RE: [ISN] Oracle Chief Challenges Hackers

From: InfoSec News (isnat_private)
Date: Fri Nov 16 2001 - 00:54:58 PST

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    Forwarded from: Marc Maiffret <marcat_private>
    Hey so what's fault tolerant have to do with the fact that oracle
    software has had many many bugs, even more than SQL. Fault tolerant is
    nice but doesn't really mean shit if your programmers are leaving
    gaping buffer overflows left and right in your code.
    50 machines in the same "cluster" all vulnerable to the same bug just
    means 50 owned machines instead of 1.
    Marc Maiffret
    Chief Hacking Officer
    eEye Digital Security
    F.949.349.9538 - Network Security Scanner - Network Traffic Analyzer - Stop known and unknown IIS vulnerabilities
    | -----Original Message-----
    | From: owner-isnat_private [mailto:owner-isnat_private]On Behalf
    | Of InfoSec News
    | Sent: Wednesday, November 14, 2001 11:22 PM
    | To: isnat_private
    | Subject: [ISN] Oracle Chief Challenges Hackers
    | James Niccolai, IDG News Service
    | Tuesday, November 13, 2001
    | LAS VEGAS -- Oracle's top executive told computer hackers on Monday
    | night that his software is so secure they would never be able to break
    | into Oracle's Web site, a boast that may be taken by many as a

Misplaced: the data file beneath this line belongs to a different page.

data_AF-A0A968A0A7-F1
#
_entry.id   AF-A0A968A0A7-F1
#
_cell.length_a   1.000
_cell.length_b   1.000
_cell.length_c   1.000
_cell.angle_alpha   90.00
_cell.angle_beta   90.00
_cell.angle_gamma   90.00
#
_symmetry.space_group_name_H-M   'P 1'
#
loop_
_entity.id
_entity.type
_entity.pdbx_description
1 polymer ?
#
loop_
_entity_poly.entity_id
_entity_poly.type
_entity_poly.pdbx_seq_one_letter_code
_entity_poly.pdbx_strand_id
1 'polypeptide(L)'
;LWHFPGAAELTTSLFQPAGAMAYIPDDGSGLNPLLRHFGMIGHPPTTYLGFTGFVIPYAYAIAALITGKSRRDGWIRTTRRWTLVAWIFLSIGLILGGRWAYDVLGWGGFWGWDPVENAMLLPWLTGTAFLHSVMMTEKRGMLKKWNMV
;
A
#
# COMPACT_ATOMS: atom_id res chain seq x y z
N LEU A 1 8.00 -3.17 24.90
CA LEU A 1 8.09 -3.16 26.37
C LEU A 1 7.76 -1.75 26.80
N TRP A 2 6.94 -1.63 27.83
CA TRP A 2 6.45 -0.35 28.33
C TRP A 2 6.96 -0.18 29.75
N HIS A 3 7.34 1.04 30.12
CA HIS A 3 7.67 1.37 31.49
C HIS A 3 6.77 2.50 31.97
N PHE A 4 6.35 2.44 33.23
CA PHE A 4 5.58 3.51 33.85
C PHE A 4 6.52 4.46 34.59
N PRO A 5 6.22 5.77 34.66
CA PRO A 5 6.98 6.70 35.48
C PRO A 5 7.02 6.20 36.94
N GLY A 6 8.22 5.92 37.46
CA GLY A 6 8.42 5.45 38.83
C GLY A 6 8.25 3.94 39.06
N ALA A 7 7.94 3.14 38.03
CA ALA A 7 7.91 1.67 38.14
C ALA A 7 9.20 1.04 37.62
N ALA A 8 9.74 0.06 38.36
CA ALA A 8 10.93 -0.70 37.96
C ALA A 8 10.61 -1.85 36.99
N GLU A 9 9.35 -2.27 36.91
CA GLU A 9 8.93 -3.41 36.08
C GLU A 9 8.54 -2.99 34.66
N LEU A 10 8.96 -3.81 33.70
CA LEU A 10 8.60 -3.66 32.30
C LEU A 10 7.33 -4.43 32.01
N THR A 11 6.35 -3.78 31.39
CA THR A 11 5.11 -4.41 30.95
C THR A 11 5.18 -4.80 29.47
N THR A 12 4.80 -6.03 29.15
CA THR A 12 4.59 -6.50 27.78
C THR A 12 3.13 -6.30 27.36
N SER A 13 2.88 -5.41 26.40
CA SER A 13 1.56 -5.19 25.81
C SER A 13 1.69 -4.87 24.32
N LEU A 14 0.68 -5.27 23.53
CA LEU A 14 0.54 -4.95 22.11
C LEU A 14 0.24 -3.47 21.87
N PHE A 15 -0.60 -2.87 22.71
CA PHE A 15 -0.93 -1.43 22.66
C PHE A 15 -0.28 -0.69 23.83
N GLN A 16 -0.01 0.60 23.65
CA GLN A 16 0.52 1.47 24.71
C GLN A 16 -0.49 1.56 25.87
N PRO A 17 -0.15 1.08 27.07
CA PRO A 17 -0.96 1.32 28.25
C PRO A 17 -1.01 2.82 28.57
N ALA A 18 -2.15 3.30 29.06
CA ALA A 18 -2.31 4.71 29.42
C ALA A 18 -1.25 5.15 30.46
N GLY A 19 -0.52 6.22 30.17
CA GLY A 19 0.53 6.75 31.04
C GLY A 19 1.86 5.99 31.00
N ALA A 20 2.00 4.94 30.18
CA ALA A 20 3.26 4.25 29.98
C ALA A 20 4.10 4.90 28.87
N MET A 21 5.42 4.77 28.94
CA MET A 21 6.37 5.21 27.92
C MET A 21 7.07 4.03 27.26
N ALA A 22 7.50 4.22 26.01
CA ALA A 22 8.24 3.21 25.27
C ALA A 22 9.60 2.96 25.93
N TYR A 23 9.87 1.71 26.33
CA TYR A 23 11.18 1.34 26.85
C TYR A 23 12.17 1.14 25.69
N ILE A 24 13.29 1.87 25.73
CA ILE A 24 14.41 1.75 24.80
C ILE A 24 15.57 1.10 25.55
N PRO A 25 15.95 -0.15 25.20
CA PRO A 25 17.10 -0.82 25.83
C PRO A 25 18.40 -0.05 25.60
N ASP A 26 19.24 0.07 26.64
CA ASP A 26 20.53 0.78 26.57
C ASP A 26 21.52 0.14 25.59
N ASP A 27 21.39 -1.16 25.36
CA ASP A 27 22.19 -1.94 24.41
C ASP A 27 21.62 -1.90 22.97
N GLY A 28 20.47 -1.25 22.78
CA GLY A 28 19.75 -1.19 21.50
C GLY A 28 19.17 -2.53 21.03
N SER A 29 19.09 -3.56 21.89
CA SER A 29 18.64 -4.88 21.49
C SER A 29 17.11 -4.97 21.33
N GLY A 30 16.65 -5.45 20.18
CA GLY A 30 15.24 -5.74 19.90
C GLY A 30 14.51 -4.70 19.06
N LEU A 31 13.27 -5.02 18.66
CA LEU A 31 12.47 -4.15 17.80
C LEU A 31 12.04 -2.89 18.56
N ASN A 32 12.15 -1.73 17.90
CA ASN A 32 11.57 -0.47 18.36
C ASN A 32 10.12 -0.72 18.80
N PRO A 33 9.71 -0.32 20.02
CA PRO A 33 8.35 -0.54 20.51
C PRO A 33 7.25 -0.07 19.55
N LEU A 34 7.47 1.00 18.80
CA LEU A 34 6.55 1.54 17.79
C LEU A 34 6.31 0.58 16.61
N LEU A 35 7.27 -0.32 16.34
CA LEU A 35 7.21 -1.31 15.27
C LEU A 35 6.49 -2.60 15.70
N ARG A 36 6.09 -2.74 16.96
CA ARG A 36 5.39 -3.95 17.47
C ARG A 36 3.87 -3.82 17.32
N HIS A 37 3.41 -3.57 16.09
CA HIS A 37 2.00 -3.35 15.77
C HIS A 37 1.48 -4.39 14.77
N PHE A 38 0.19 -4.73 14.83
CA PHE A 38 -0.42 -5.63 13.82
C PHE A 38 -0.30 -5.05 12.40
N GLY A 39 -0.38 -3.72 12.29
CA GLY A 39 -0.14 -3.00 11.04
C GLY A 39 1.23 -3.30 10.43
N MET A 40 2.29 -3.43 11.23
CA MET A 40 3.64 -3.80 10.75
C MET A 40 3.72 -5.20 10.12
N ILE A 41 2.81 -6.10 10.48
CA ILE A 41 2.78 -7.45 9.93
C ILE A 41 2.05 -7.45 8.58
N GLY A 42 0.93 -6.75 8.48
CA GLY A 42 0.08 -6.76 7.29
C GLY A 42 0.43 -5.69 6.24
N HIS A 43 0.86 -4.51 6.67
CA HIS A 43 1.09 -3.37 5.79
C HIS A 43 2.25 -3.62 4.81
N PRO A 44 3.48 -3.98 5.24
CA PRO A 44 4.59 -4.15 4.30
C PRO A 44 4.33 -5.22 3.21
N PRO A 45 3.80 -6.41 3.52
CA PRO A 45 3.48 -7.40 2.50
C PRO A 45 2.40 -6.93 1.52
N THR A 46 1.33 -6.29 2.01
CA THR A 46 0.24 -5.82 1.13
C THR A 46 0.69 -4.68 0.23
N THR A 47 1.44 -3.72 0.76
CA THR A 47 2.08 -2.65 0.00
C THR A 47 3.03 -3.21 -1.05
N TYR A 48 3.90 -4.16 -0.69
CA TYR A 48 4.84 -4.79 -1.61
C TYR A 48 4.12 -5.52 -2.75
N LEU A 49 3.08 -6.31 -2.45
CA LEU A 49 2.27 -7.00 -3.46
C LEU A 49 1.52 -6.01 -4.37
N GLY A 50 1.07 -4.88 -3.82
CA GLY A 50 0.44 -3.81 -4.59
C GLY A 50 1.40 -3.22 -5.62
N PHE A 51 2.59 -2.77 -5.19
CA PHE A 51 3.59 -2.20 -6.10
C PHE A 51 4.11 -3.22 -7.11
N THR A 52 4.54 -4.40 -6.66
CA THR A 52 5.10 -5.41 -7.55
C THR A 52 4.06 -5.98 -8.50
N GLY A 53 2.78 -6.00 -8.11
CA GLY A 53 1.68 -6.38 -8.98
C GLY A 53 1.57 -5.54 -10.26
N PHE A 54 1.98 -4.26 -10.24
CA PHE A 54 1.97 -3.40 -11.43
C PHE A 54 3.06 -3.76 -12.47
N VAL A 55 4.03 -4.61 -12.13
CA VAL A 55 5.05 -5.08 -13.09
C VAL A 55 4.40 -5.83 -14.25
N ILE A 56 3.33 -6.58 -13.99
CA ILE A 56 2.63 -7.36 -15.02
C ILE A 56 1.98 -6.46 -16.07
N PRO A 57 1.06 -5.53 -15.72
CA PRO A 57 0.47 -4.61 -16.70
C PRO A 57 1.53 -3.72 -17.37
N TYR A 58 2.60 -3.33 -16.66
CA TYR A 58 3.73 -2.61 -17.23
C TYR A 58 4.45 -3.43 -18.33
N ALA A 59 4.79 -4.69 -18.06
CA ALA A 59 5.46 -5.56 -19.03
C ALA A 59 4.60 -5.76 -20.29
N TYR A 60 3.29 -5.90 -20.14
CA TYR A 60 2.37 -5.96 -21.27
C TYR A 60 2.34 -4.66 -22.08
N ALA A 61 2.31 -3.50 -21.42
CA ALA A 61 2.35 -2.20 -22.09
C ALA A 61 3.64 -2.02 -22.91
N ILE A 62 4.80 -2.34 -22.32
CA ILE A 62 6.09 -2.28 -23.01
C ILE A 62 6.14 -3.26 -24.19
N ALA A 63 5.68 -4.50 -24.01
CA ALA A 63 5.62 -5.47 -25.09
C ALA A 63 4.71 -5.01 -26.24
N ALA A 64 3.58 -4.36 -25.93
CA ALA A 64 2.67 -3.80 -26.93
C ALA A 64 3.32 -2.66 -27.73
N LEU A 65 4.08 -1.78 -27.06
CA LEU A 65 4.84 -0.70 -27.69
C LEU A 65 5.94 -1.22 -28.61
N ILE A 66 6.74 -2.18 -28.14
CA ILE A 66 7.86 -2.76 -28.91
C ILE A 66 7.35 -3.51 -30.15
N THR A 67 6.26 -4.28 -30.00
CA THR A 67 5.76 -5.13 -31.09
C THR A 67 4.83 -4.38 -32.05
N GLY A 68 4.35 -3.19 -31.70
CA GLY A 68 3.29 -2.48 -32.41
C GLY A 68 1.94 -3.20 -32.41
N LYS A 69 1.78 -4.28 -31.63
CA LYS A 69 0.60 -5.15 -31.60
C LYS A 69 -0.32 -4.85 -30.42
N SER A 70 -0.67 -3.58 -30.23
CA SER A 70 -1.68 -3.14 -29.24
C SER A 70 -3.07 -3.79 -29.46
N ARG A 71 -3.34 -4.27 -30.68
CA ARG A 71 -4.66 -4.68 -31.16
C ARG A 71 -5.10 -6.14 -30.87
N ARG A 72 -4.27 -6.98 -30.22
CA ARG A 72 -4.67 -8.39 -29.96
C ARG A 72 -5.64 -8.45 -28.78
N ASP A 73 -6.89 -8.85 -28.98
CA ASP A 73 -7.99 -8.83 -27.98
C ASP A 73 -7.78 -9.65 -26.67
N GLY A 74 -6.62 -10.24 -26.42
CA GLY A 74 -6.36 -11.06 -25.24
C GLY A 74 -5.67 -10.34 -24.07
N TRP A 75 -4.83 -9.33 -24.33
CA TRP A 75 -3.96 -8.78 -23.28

| challenge.
    | "This is a very dangerous thing to say--I'm not inviting a bunch of
    | hackers to bring down the Oracle Web site," said Larry Ellison,
    | Oracle's chair and chief executive officer. "But so far, with more
    | than 1000 attacks a day, we've had no downtime, no interruption of
    | service."
    | Ellison made his remarks in a keynote speech at Comdex on Monday
    | night, which he used to deliver a lecture on the stability of Oracle's
    | software--particularly when used in clustered configurations--compared
    | with those of his rival Microsoft.
    | The database giant recently launched an advertising campaign with the
    | slogan "Unbreakable", which is meant to suggest that Oracle's software
    | doesn't break down and can't be broken into.
    | "Everyone at Oracle was very nervous," Ellison said. "We're just going
    | to cause every hacker around the world to attack the Oracle sites.
    | They said, Larry, are you crazy?"
    | Sure enough, the number of hackers trying to bring down Oracle's Web
    | site has increased tenfold since the company started the campaign, to
    | 1000 attacks a day, according to Ellison. But his nerve is holding
    | steady.
    | "The new version of Oracle is completely fault-tolerant," he said.
    | "You can't break in."
    | The fault tolerance comes from using what Oracle calls Real
    | Application Clusters, or using groups of servers to access a database
    | for improved redundancy. If one of the servers goes down, the workload
    | is shifted to another server and the application, such as a Web site,
    | stays up. He asserted that Oracle's clustering system is more
    | effective than those offered by rivals Microsoft and IBM.
    | On a similar theme, the Oracle chief announced a program designed to
    | entice users of Microsoft's e-mail server software to switch to the
    | Oracle 9i database, which can act as a mail server. Companies running
    | ten or more Microsoft Exchange servers could cut costs by switching to
    | 9i, he said.
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